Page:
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Environmentally and Economically Sustainable Earthbag House: Sustainable Community Festival

Discover the benefits of building an environmentally and economically sustainable home with Earthbags. This includes how to address the basic requirements of Australian Building Code and what it means in terms of Energy Efficiency (including heating and cooling), Bushfire Ratings, Structural Integrity, Use of Recycled Materials, and more.

Kate Ryan-Taylor and her husband Scott are building Australia’s first council approved Earthbag dome home. After spending 2 years in the planning process, Kate and Scott are now on target to build their home for under $35,000 in less than 18 months from start to finish. Kate is presenting today and keen to share the knowledge to enable others to build a sustainable home in an affordable way from the Ground Up.

Listen to Kate at the Sustainable Community Festival Saturday 23rd March in the Albany Town Square.

One Litre of Landfill a Week: Sustainable Community Festival

It seems that in many households, the women are leading the charge into low-waste lifestyles, with husbands and kids being brought along for the ride – sometimes kicking and screaming. So how do we get them on-board and move low-waste living from something they do to ‘keep Mum happy’, to something that is valued by the whole family? Ella discusses ideas, barriers and wins from her own journey – and also some words of wisdom from other people’s husbands!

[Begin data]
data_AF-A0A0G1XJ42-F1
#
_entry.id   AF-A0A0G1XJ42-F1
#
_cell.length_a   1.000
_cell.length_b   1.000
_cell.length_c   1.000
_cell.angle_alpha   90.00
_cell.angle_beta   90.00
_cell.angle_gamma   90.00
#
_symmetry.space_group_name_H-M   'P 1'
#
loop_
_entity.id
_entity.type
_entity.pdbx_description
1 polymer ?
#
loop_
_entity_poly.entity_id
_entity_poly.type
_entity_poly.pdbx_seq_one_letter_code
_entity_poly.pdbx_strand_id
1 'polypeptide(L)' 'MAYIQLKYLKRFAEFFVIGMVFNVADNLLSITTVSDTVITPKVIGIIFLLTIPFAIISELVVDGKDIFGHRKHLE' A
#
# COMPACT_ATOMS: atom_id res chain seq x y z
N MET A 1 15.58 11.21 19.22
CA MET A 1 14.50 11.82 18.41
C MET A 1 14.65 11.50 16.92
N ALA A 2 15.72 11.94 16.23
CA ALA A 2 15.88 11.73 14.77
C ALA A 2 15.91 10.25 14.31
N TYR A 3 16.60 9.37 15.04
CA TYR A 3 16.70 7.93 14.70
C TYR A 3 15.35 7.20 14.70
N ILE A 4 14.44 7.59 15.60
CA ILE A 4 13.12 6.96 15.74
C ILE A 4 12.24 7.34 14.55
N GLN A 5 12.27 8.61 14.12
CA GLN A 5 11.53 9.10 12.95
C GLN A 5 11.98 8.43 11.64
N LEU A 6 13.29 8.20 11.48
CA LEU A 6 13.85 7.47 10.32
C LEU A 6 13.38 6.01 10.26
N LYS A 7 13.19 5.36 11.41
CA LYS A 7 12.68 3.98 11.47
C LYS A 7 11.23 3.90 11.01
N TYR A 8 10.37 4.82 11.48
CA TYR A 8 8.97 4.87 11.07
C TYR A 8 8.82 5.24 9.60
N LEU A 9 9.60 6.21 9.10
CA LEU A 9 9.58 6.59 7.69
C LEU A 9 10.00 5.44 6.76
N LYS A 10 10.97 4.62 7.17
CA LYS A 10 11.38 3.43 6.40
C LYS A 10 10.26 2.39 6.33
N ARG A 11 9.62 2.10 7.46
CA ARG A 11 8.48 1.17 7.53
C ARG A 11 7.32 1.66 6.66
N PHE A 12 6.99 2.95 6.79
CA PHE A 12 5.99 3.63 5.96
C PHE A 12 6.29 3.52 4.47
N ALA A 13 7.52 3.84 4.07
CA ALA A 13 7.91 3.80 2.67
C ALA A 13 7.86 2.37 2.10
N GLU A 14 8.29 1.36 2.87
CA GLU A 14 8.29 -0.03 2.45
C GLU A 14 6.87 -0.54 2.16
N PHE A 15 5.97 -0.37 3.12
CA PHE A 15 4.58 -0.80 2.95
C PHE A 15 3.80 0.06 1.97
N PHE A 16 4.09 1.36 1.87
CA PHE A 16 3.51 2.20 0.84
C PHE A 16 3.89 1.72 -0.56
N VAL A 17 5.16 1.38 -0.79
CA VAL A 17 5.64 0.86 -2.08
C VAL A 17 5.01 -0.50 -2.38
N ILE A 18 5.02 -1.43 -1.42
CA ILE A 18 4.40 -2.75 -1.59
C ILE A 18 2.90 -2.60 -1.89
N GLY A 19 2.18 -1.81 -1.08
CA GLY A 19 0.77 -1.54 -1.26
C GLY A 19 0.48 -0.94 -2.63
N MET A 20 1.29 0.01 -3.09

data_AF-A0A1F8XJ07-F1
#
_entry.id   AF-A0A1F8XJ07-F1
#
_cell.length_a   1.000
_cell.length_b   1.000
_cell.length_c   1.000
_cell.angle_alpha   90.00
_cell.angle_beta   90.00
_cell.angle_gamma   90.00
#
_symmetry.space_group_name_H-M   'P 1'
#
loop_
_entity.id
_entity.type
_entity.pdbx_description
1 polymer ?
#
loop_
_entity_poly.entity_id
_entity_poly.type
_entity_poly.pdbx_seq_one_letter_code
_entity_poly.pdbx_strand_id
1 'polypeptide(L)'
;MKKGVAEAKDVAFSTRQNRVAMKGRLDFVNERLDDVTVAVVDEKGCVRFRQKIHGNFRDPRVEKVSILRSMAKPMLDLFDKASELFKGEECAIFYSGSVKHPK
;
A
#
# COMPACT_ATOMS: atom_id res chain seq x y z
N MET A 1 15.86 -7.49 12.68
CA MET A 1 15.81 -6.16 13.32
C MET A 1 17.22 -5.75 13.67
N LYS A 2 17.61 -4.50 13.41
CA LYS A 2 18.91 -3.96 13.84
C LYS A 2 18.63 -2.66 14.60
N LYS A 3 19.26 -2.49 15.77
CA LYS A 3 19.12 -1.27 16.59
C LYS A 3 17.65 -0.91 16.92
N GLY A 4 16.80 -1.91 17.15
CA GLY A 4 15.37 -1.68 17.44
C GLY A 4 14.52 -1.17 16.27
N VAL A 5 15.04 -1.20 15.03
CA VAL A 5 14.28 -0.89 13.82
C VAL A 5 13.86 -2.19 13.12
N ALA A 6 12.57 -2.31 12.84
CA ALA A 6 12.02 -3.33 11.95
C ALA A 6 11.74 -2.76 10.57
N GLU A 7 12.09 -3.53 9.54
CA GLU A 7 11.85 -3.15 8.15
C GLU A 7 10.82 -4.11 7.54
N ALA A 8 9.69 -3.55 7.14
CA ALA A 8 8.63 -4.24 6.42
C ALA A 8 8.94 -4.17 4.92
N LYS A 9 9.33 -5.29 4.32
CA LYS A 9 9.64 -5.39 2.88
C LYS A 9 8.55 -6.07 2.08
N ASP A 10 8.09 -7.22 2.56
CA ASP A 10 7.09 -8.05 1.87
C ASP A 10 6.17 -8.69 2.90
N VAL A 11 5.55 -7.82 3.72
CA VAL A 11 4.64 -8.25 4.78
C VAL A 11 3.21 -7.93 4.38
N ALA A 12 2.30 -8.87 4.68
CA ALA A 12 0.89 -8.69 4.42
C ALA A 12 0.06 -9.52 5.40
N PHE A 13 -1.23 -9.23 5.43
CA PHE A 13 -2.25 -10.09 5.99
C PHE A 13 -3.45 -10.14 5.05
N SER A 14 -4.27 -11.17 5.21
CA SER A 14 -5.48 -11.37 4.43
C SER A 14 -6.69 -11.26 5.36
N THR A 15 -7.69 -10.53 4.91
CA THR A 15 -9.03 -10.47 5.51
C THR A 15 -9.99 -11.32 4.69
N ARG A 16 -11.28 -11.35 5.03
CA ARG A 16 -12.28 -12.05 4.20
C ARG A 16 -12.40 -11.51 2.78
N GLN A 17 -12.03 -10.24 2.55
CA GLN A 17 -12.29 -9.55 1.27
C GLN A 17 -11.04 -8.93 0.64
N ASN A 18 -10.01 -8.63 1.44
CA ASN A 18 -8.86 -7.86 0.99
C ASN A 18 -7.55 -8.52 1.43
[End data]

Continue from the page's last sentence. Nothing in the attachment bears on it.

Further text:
Ella Maesepp is a passionate environmentalist, working a ‘real job’ at Katanning Landcare and indulging her hobby for sustainability education through her small business Katanning EcoHouse. With an Environmental Science degree from Murdoch University, an off-grid strawbale home, two small kids, a farmer husband and too many community commitments, she understands the importance of making changes that not only protect our planet, but work for real people. Ella’s family of four produces just one litre of landfill per week, and she loves to help others achieve similar results. She looks forward to a world without GladWrap.

Listen to Ella at the Sustainable Community Festival on Saturday 23rd March in the Albany Town Square.

Why Loving Yourself is Essential for Sustainable Living: Sustainable Community Festival

Looking after your physical and mental health is an important pillar in living a sustainable lifestyle. Poor self-esteem, body image issues and chronic stress all contribute to excessive consumption and not having time to create sustainable habits. In this presentation Emma will explain why looking after yourself from a place of loving kindness promotes and supports a sustainable world. She will explain 3 easy ways to start loving yourself that you can put into action straight away.

Emma Polette is the founder of Body Love HQ. Her clients call her a real woman for real women. She is a qualified personal trainer, health coach, reiki master & yoga teacher and the creator of The Body Love Method™
She uses these modalities and many other tools to empower women to treat their bodies with love just as they are right now.
Emma’s mission is to help thousands of women feel great about their bodies without harsh diets or exercise programs.